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English Wild Flowers: A Month by Month Guide

Red Valerian by a footpath in Somerset


Walking, whether in the countryside or neighbourhood, is a main leisure activity.

Like me, you may be frustrated at seeing wild flowers that you think you should be

able to name.

This web site is my attempt to remedy this situation. I hope that it increases your

enjoyment of not just the countryside but also of paths, wasteland, walls and

hedgerows in urban areas.


It is organised on a monthly basis. This gives you an idea of what to look out

for at different times of the year.

Months  are accessed, either by clicking on a name from the list below, or by

putting the cursor on the month at the top of the page.

Plants are listed in alphabetical order in the month in which they first appear.

This is not necessarily the peak in their flowering season.

January is an exception because it includes plants which flower all year round.

It is a work in progress - there are many plants still to be added, particularly

for the summer months.  Recent additions and alterations are in the last section of the


I have also included some non-flowering plants,e.g. ferns (Azolla, Royal Fern), 

a cyanobacterium (Nostoc) and Dog vomit slime mold, because you are likely to come across them. 

The pages are set up on my computer screen at a zoom of 125% This seems to 

keep the sentences unbroken.

What are classed as wild flowers?

The different types of wild flower: native, naturalised, alien, etc. are shown 

on this link - Which plants are classed as wild flowers?. 

In deciding whether a flower is wild or not, I follow the guidelines of the

Botanical Society of Britain and Ireland (BSBI) and the National Biodiverity


Flowering season

The scientific study of the timing of the biological events in plants such as

flowering, is known as phenology.

The time when a plant flowers is controlled by its genetics, day length and


Of these factors, climate is the main factor that varies from year to year

and is therefore mainly responsible for differences in the timing of flowering.

In mild winters, for example, spring flowers appear earlier and  the previous

summer's flowers last longer, especially close to habitation. The effects

are less marked in the open countryside

Long-term, persistent changes in the timing of flowering can be used as a

measure of climate change. You can keep your own records for this purpose.    


Several photographs are shown for each flower. They are chosen to illustrate

diagnostic characteristics mentioned in field guides and floras.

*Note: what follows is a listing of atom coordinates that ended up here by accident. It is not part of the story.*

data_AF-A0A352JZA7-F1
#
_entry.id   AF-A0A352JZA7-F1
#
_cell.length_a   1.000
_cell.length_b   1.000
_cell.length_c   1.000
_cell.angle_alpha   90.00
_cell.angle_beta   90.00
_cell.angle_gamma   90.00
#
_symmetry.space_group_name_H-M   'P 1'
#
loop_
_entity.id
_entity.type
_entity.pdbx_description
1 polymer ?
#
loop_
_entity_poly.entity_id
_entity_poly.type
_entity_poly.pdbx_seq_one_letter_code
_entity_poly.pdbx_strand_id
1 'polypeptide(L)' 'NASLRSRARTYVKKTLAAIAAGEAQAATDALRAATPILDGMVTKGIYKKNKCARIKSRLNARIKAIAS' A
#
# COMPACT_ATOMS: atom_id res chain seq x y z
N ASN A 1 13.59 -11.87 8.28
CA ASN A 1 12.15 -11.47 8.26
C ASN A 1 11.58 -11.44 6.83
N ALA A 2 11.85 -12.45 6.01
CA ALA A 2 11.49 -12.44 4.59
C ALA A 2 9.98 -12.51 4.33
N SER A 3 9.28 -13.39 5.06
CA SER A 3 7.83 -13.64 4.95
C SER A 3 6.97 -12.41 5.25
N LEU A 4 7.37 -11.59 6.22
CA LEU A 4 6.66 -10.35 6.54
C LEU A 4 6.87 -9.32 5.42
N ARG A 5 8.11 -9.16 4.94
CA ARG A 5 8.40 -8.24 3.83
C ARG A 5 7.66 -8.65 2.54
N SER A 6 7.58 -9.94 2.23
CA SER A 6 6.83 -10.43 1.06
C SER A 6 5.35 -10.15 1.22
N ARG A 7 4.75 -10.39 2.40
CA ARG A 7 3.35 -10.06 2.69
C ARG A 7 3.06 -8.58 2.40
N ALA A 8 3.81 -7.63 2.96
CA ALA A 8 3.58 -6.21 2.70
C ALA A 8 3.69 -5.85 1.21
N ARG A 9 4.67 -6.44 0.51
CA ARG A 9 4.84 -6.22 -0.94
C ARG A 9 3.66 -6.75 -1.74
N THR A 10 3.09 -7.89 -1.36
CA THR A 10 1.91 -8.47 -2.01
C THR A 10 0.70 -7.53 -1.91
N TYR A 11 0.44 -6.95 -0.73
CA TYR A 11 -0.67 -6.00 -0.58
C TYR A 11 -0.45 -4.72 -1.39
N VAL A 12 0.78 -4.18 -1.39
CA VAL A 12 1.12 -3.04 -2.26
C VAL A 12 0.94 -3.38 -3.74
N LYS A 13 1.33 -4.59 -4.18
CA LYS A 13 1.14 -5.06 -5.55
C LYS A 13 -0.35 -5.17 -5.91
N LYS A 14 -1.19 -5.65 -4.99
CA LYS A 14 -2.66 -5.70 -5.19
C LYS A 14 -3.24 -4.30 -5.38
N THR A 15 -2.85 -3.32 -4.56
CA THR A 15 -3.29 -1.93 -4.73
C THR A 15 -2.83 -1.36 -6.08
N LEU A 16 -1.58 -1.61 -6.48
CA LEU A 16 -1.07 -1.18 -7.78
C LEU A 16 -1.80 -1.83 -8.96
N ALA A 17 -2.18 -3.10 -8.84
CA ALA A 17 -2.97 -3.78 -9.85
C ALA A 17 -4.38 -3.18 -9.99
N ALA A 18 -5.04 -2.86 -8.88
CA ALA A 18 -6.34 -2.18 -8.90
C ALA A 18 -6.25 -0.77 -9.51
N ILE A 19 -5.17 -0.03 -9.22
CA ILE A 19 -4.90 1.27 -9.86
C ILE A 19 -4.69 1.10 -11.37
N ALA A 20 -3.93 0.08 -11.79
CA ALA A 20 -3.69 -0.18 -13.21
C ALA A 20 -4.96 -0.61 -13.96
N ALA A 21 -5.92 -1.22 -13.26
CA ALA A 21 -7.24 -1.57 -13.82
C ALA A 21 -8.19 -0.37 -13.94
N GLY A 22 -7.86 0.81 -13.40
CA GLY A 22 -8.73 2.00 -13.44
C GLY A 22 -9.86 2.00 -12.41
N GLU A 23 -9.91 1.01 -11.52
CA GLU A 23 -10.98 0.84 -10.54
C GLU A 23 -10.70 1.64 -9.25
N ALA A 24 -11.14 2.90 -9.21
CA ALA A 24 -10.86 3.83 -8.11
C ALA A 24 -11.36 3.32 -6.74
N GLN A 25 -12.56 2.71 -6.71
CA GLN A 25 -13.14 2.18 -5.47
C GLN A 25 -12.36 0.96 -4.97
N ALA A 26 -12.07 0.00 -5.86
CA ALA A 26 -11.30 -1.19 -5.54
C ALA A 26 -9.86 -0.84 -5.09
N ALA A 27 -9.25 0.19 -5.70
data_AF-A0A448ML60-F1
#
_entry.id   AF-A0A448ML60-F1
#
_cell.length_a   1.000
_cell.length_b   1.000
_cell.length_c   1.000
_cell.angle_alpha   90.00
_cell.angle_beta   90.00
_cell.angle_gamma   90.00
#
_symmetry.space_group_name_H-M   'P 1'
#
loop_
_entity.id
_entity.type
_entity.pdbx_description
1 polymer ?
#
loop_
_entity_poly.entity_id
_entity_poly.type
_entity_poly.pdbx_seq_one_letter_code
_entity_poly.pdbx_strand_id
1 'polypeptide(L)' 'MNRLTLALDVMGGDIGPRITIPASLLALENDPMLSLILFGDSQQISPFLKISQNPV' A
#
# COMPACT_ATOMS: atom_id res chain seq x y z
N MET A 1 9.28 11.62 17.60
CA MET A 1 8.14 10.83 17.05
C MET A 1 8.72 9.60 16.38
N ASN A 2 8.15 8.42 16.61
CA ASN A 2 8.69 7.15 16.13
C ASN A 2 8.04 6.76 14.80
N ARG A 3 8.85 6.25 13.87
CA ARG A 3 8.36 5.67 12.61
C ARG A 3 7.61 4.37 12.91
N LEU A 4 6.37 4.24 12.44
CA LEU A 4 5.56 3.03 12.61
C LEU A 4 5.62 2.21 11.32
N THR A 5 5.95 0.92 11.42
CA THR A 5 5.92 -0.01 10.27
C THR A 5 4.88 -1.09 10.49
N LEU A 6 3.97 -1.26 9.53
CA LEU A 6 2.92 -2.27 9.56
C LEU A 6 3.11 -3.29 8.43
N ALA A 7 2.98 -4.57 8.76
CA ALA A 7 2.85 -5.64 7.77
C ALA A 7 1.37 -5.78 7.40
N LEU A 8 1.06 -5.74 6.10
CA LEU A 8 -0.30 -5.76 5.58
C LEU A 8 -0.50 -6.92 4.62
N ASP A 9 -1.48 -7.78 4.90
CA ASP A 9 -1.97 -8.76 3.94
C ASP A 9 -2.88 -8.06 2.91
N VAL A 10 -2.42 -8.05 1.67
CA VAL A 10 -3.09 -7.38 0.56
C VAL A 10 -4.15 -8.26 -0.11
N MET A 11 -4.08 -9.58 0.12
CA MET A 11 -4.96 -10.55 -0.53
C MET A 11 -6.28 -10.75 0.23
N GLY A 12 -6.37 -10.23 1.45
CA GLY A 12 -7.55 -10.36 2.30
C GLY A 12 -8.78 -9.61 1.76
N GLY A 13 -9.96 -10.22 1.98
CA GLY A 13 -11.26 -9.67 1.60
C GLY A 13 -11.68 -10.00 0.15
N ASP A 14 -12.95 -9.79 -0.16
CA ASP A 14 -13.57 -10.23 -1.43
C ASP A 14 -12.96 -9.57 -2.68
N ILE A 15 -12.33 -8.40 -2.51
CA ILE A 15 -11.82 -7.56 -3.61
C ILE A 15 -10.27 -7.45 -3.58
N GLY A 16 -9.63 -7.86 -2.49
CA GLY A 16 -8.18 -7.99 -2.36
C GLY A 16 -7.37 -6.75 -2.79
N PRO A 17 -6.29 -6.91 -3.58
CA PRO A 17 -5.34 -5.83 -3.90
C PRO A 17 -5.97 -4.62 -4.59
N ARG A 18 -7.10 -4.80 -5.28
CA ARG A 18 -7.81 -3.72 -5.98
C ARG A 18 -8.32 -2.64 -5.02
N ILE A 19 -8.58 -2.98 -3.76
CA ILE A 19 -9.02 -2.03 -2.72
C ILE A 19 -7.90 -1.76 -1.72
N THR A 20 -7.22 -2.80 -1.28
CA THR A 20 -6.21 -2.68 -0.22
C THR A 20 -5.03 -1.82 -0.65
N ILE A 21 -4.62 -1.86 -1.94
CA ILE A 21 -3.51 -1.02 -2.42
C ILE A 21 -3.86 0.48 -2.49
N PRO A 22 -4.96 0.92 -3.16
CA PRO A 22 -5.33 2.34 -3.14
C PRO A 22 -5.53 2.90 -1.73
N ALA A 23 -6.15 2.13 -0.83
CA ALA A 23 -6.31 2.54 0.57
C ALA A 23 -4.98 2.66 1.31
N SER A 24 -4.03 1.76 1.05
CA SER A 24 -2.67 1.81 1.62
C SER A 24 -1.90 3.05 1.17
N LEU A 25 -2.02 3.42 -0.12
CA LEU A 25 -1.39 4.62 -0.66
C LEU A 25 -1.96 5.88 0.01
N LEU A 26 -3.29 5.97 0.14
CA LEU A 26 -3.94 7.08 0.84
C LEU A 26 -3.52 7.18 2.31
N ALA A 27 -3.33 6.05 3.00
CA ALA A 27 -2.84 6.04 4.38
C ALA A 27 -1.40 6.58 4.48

My current camera is an Olympus Stylus SH-1.

Pictures have been cropped, but not otherwise manipulated, using Adobe



The sources I use for identification: field guides, websites, county floras and 

books are listed on the sources page.

Web Statistics

The number of people accessing this site are shown on the Web Statistics

page. Last year - 2022, the site was accessed 2,035,299 times.

About me

I retired in 2006 after 40 years as a microbiologist at Lancaster University and

returned to my first scientific interest, plants, showing that it is never too late

to use your first degree (botany).

I took all the pictures (except for those in which I appear) and did all the

identifications and  descriptions of the plants.


Violetta, my wife, encouraged the setting up of the site and quickly realised

the potential of digital cameras. She was also insistant that I needed a hobby.

Sadly, Violetta died in 2012.

This website is my celebration of her life.

Other family

I have two daughters, Pia and Tamsin, both published writers. Pia is an

arts psychotherapist who has written a series of beautifully illustrated

‘therapeutic fairytales’, rooted in nature to support children. 

Tamsin is a children’s fiction author with two series of adventure novels,

Cat Burglar and Stunt Double - Tamsin Cooke.

Tamsin designs and runs creative writing workshops in schools across

the country and internationally via zoom. 

Recently, Pia and Tamsin have collaborated on a new venture to help

children connect to nature and their creativity across the seasons, with

Rewilding Children’s Imaginations, 99 Creative Activities Inspired by

Nature and Folktales from Around the World.


I welcome feedback, corrections and suggestions.  

Email me on  -  


October to December

Next page: Sources